We analyze two listeners’ portfolios. One who is close to retirement and considering hiring an outside money manager. The second is 45 and just sold a business and is trying to decide whether to fire Schwab’s robo-advisor service and manage his portfolio on his own.
Topics covered include:
- What elements are part of a financial plan
- What to consider when researching an investment advisor
- What is a core-satellite investment approach
- Why Schwab was fined $180 million for misleading its clients about the cash balance in its Intelligent Portfolios service
- How to decide if an investment advisor is a good fit
- Why no portfolio can be on autopilot, but they can be as simple as two ETFs
Become a Better Investor With Our Investing Checklist
Welcome to Money For the Rest of Us. This is a personal finance show on money, how it works, how to invest it, and how to live without worrying about it. I’m your host, David Stein. Today’s episode, 398. It’s titled, “When should you hire an investment advisor? Two case studies.”
I’ve had several questions recently from members of Money For the Rest of Us Plus surrounding financial plans and hiring financial advisors.
Typically, I answer these questions in the weekly premium podcast episode for Plus members, but I thought it would be interesting to address their questions in a regular podcast episode, to hopefully benefit you. In this episode, we’ll look at two families’ investment allocation as they grapple with whether they should hire or continue to use an investment advisor.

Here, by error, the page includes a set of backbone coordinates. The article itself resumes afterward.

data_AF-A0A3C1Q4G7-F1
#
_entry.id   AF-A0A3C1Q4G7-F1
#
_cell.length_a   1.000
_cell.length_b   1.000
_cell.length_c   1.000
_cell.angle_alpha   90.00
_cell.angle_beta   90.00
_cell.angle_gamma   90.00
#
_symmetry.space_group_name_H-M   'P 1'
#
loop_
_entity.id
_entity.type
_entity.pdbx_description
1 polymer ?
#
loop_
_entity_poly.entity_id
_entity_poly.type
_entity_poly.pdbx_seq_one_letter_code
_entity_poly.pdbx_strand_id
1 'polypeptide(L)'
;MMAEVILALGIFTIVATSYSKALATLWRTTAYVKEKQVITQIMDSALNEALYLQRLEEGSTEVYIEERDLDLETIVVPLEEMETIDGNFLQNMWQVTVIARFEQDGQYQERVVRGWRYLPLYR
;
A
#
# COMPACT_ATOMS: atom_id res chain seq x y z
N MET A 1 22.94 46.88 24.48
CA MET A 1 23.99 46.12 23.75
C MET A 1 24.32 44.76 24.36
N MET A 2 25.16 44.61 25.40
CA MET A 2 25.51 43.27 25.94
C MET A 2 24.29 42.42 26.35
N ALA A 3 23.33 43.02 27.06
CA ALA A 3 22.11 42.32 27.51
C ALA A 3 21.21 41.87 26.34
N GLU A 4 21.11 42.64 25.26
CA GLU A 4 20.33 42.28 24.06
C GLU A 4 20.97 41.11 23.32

What’s Included in a Financial Plan
First, though, I want to address a question from a member to help set the stage. The member asked “What does it mean to have a financial plan? If I have an investment, asset allocation plan, a net worth statement, and a basic understanding of how much I need to retire, and how much I can withdraw each year during retirement, what else does one need in a financial plan?”
Well, I googled it, just to make sure I didn’t miss anything, because I don’t have a formal financial plan, but I have the elements that make up a financial plan. The first is a net worth statement, as his member mentioned.
This is a snapshot. It’s something that I do every month because I share my allocation percentages with members of Money For the Rest of Us Plus, so they can see how I’m allocated, as well as the trades I make. This member also has a retirement plan.
Additional elements of a financial plan could include your financial goals, it can include some budgeting. LaPriel and I, we do an annual budget, we use Mint to track our spending, and then I update a spreadsheet once a month just to see what our spending has been, and then track that on an annual basis.
A financial plan can include some type of debt management plan; how soon will debt be paid off, or a plan to get out of debt. Financial plans typically include some type of emergency fund, and how those are allocated. A big element of financial plans is insurance coverage—health insurance, disability insurance, auto, and homeowners or renters’ insurance, life insurance.
And finally, a financial plan can include some type of estate plan—wills, a trust. This is something that LaPriel and I need to update, as our will is a number of years old, we put it together when our children were much younger, and now they are older, and our circumstances have changed; it’s time to update that.
A financial plan doesn’t necessarily have to be one document all in a binder, it can be as simple as a note card, or just different elements. Sometimes when we have a life change, it can be helpful to visit with a financial planner, or an advisor, or a coach, just to help us to kind of work through different elements. I’ve hired coaches in the past as I’ve made transitions, and I think that can be helpful.
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